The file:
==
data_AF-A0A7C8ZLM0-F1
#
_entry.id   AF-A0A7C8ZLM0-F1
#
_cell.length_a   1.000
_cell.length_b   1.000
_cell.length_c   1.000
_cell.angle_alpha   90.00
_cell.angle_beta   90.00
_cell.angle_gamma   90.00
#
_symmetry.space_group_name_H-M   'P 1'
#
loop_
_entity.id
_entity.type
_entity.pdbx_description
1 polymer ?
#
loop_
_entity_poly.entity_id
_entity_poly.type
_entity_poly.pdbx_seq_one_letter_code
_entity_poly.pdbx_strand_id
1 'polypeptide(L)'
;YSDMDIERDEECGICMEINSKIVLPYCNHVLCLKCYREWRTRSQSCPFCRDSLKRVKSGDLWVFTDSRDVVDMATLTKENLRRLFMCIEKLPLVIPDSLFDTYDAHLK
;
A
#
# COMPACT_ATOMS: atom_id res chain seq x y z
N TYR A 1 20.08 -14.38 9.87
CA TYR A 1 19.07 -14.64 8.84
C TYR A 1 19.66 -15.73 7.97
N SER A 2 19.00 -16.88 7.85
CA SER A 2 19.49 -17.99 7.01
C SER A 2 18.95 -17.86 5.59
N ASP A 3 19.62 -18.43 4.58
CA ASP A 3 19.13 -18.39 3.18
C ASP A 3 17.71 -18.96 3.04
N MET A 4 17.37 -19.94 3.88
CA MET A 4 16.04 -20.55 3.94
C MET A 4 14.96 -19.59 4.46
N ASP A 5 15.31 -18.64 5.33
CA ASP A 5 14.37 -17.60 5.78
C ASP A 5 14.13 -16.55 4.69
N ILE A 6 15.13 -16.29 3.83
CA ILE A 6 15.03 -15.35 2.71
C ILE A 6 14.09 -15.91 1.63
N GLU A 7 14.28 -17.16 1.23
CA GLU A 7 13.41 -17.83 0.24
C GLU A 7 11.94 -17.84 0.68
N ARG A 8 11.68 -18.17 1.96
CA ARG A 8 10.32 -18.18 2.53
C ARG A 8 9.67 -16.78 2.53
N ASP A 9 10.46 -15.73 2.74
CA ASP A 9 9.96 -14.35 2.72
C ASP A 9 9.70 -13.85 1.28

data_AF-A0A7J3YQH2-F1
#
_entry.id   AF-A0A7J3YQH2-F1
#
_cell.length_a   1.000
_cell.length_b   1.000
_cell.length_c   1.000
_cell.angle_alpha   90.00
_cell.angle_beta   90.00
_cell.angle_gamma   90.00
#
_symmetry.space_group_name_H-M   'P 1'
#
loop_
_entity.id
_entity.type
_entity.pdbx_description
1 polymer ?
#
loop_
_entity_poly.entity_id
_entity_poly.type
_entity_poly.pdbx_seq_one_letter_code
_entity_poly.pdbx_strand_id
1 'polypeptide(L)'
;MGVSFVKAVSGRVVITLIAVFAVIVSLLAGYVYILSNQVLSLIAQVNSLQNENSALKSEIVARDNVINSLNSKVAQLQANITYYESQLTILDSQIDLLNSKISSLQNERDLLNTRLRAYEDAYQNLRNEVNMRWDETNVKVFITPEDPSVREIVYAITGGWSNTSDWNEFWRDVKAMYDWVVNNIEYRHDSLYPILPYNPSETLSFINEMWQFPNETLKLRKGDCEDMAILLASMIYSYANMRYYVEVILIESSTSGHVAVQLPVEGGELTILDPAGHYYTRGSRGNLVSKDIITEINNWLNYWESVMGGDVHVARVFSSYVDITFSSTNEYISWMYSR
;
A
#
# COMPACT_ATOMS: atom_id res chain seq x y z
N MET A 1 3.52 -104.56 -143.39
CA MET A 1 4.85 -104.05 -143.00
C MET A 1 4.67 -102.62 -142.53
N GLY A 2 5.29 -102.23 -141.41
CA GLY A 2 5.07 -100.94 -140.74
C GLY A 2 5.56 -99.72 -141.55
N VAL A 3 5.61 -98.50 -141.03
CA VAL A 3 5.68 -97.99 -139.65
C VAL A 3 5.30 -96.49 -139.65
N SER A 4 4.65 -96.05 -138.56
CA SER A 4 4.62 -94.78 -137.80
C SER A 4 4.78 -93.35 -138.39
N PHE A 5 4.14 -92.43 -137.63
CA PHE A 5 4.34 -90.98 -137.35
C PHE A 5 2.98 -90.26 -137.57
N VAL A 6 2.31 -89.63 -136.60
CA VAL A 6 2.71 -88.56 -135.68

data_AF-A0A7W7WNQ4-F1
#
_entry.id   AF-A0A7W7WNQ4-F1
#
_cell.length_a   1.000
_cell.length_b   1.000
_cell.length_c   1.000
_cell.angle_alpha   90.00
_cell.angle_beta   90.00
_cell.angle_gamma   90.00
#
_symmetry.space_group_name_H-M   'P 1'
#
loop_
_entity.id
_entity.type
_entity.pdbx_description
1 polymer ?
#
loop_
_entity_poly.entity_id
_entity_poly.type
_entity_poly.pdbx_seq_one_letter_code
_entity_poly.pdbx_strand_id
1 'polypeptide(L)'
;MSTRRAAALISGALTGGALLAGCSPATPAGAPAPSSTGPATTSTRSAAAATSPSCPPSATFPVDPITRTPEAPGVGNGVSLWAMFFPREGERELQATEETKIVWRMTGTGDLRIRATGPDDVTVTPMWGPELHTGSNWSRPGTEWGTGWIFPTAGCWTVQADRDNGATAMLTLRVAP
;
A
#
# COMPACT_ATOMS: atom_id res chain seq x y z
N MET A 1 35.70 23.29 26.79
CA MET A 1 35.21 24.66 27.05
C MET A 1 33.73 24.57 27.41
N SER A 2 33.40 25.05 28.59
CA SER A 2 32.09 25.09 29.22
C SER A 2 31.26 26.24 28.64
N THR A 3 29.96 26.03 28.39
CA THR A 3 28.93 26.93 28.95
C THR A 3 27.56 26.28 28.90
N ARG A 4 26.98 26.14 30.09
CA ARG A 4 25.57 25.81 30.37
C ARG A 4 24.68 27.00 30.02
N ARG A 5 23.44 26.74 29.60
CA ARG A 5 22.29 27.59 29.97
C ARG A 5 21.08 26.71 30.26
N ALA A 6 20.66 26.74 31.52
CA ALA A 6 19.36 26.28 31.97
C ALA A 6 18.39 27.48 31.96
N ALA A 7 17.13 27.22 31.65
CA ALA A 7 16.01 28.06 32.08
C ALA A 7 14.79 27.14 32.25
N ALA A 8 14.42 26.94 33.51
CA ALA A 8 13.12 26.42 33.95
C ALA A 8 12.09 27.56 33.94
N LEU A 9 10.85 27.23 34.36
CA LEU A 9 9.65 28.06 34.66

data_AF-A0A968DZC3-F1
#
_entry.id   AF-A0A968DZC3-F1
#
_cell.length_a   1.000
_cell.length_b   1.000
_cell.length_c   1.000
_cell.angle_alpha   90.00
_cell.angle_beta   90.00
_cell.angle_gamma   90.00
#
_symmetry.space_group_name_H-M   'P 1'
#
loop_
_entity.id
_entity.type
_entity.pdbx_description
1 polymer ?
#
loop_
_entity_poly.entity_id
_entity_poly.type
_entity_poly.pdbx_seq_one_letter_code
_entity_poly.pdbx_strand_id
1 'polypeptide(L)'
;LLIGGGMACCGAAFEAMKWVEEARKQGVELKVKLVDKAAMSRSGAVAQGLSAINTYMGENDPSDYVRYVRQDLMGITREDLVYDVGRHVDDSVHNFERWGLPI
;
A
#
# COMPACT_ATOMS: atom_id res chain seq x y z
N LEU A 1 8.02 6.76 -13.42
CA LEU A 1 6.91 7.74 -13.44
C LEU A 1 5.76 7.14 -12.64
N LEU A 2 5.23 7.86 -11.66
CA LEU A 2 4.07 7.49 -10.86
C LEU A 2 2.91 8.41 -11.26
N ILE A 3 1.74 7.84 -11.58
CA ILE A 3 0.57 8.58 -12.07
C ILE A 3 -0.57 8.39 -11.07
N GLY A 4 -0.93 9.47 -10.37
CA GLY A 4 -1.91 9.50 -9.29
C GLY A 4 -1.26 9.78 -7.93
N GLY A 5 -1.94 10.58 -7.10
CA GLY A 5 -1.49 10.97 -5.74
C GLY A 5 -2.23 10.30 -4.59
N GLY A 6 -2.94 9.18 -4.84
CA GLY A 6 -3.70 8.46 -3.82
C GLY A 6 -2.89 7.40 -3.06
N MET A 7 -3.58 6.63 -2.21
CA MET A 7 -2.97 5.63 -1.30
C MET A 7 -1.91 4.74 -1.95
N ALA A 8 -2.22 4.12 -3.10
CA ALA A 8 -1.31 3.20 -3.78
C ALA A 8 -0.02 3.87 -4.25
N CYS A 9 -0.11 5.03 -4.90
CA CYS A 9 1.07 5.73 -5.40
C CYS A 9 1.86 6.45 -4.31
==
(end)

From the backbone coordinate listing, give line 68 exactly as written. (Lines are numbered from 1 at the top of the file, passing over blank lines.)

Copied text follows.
#